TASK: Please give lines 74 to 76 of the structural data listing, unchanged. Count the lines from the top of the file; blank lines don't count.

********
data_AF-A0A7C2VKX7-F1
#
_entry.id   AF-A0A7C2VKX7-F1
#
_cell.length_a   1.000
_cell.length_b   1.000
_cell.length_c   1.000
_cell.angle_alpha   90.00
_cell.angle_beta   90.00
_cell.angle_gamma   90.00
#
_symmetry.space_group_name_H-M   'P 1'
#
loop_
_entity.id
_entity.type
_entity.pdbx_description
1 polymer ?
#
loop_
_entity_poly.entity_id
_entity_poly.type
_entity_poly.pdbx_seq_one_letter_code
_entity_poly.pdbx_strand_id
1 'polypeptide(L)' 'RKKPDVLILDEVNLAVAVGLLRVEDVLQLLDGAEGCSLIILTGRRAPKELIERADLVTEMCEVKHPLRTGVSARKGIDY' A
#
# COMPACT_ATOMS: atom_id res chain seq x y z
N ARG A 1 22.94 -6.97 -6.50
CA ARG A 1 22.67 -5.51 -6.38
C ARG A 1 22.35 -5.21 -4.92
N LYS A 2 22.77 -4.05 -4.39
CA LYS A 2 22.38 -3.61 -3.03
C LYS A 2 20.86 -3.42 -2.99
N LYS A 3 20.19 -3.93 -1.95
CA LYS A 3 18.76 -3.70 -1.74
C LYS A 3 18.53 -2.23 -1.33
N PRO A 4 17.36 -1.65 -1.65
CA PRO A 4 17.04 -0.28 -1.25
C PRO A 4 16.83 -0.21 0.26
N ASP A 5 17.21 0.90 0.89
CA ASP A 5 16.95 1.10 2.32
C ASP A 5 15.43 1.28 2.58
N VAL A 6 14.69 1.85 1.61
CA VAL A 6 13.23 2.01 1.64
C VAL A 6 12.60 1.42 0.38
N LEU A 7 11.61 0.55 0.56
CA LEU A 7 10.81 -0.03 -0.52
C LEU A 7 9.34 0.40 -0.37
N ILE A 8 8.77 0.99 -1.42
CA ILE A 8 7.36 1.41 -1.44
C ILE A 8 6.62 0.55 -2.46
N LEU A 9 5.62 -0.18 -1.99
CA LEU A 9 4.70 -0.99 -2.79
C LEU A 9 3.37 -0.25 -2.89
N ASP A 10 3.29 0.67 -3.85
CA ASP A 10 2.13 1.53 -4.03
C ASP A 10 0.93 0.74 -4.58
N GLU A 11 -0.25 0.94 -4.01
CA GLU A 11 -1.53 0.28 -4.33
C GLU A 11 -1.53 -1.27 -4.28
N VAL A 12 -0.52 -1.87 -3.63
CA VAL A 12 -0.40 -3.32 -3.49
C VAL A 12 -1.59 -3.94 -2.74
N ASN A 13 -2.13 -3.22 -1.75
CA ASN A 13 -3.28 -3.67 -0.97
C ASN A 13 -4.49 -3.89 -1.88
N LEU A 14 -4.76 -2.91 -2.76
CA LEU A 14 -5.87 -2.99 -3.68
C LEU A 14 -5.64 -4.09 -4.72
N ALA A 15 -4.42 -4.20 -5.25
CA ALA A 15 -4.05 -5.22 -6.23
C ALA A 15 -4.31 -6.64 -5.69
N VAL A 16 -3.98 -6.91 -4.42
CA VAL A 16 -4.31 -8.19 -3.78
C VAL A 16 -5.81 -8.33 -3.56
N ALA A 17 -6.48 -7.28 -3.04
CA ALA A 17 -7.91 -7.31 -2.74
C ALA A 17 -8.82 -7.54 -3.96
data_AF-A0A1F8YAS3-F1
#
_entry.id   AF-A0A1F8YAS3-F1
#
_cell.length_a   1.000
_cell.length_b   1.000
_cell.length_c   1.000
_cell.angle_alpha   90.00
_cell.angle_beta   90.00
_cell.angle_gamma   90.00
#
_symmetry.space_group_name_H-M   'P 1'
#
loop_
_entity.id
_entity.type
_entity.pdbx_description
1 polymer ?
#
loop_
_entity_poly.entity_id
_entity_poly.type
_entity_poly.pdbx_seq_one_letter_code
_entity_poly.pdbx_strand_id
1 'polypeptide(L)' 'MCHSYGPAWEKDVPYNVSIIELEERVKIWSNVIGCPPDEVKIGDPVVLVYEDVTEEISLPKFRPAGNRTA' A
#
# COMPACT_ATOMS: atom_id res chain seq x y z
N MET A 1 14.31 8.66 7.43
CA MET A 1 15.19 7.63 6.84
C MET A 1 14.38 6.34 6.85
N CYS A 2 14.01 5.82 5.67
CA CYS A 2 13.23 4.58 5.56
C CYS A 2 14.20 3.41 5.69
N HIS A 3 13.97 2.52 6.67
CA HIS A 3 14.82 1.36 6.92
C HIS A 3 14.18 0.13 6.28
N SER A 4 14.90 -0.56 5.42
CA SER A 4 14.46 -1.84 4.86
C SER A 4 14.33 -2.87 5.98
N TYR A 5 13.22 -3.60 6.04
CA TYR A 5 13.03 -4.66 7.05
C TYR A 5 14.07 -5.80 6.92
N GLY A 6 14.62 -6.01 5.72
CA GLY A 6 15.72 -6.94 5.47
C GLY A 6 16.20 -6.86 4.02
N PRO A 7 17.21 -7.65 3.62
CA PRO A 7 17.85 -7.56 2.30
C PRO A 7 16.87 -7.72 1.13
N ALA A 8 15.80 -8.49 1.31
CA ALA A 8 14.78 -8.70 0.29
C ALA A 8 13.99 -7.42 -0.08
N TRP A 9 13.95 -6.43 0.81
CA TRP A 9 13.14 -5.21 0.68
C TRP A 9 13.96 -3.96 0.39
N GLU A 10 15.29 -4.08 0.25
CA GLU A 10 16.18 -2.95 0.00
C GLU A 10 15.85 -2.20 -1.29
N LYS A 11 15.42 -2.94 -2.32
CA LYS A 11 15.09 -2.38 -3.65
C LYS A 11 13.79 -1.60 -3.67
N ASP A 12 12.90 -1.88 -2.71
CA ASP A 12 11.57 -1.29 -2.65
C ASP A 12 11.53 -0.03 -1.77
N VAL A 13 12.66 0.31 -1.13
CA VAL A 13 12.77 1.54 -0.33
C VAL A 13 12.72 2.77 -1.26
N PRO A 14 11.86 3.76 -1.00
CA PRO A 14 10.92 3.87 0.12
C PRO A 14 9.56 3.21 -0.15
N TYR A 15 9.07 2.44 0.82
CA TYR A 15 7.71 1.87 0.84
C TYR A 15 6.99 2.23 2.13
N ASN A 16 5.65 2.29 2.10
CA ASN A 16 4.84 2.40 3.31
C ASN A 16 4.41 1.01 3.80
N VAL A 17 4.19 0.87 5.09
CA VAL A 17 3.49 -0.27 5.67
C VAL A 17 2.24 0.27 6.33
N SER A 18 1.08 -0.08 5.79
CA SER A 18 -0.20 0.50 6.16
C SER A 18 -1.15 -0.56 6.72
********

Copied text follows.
CA VAL A 16 -4.31 -8.19 -3.78
C VAL A 16 -5.81 -8.33 -3.56
N ALA A 17 -6.48 -7.28 -3.04